Family violence laws: traditional narratives and the (in)visibility of lesbian relationships and lesbian parented families
Hudson, N, Family violence laws: traditional narratives and the (in)visibility of lesbian relationships and lesbian parented families, Journal of Lesbian Studies, 23, (3) pp. 357-382. ISSN 1089-4160 (2019) [Refereed Article]
Copyright 2019 Taylor & Francis Group, LLC. This is an Accepted Manuscript of an article published by Taylor & Francis Group in Journal of Lesbian Studies on 17/04/2019, available online: http://www.tandfonline.com/10.1080/10894160.2019.1599241.
Feminist advocacy and activism over the last 40 years broke historic ground in shining a light on "domestic" or "family" violence, traditionally conceptualized as male violence against female intimate partners and their children. This has resulted in a large body of research, particularly in the United States, United Kingdom, Australia, and similar jurisdictions, around the gendered nature of family violence and violence within heterosexual relationships and heterosexual-parented families. As a consequence, the predominant narrative—in political, policy, and advocacy settings—is largely heteronormative. Less research has focused on family violence in non-heterosexual relationships. The data that do exist have employed different methodological approaches and there are limitations on the extent to which they can be compared to the data on violence within heterosexual relationships. However, the existing research does demonstrate that family violence within lesbian, gay, bisexual, transgender, and intersex (LGBTI) communities is a significant issue. Even so, the current narrative does not acknowledge this, and predominantly reflects heterosexual norms of intimate relationships and family structures in society. LGBTI relationships are described as "invisible" in policy and practice responses to family violence, due to the failure to acknowledge violence in such communities. This article explores these claims in relation to lesbian relationships in the context of Australian legislative responses to family violence. It considers the extent to which family violence laws in two Australian jurisdictions recognize and frame lesbian identity in intimate relationships and lesbian-parented families. This is considered in light of the emerging conceptualization of family violence in lesbian relationships and lesbian-parented families, as evidenced by the wider scholarly literature on the nature and dynamics of such violence.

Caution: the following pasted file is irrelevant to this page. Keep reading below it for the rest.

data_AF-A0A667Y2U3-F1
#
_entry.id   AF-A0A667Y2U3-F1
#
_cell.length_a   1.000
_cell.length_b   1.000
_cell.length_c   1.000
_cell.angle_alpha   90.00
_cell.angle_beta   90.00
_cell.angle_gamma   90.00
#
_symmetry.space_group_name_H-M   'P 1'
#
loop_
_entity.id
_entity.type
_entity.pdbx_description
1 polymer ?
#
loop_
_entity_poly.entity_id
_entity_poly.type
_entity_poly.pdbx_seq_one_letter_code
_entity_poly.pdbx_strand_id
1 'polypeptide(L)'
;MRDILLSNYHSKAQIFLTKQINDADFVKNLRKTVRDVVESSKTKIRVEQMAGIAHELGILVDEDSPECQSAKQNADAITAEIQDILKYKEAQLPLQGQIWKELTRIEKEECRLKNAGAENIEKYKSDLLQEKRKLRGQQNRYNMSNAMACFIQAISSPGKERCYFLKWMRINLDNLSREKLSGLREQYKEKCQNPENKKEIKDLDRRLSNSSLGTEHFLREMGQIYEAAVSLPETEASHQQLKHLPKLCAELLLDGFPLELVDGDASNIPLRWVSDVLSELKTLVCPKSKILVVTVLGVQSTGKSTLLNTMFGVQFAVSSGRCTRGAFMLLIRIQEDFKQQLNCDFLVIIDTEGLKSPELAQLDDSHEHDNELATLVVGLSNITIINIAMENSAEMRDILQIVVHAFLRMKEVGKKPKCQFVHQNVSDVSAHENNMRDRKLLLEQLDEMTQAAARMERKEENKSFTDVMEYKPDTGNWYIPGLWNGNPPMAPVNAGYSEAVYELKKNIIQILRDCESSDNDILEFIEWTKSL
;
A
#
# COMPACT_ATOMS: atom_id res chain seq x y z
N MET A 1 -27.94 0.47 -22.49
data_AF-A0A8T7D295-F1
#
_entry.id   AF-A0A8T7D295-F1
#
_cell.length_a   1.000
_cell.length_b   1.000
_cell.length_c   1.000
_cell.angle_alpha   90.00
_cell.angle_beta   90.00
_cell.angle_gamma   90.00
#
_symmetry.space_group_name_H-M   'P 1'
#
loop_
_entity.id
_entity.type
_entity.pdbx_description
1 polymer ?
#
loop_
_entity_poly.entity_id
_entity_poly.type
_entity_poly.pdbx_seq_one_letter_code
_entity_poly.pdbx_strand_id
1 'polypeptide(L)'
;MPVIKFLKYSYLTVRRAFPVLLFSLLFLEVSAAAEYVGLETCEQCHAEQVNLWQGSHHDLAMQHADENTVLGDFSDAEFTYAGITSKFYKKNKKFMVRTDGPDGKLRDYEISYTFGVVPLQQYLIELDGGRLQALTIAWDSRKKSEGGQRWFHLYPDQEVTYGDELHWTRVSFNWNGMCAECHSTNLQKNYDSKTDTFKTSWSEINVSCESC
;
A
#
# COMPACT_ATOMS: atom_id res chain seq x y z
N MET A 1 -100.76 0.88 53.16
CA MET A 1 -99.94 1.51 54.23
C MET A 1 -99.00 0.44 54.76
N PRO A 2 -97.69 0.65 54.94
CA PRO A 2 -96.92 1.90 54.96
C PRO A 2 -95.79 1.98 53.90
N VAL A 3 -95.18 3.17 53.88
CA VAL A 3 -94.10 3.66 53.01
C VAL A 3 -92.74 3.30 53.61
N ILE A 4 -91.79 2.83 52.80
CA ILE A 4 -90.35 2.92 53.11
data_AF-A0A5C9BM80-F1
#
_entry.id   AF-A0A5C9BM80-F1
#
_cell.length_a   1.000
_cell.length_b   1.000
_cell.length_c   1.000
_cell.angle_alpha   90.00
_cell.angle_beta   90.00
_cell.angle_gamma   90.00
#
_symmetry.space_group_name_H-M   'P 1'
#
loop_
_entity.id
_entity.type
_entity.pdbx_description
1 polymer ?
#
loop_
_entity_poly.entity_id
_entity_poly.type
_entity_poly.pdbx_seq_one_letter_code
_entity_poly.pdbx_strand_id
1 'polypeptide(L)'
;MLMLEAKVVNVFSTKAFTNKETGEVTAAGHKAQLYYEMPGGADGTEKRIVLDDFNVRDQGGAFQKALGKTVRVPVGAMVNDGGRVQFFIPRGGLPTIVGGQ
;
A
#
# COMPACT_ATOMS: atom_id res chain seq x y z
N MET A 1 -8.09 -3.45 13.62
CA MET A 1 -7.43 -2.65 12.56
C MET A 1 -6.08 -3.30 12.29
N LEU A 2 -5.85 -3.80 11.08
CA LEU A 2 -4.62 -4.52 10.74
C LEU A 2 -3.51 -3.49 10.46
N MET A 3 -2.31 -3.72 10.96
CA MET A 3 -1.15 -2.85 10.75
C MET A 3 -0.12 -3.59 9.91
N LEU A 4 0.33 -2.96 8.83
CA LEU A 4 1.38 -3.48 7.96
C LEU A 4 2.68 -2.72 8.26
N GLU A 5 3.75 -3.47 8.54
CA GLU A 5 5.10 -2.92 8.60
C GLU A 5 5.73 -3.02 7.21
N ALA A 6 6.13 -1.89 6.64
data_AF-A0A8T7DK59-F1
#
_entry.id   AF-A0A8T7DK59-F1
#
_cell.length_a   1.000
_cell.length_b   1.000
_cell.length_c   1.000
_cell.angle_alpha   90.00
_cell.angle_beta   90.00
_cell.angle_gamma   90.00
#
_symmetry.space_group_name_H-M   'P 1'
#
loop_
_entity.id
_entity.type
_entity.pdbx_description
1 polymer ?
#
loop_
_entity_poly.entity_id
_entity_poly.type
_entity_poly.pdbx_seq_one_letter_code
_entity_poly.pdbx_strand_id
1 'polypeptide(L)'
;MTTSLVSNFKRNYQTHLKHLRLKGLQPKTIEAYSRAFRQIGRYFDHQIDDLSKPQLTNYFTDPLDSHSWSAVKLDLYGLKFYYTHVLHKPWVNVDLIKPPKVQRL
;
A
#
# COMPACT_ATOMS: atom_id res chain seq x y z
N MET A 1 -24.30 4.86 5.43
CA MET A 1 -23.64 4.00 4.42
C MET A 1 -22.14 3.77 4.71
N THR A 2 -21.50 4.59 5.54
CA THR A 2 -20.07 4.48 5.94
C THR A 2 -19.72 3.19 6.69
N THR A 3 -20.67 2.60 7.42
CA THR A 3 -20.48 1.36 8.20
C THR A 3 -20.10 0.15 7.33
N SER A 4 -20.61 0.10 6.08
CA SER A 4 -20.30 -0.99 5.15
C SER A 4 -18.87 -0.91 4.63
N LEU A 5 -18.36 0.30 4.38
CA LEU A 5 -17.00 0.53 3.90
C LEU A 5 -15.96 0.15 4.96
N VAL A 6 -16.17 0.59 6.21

lesbian relationships, lesbian-parented families, family violence, law, heterosexual norms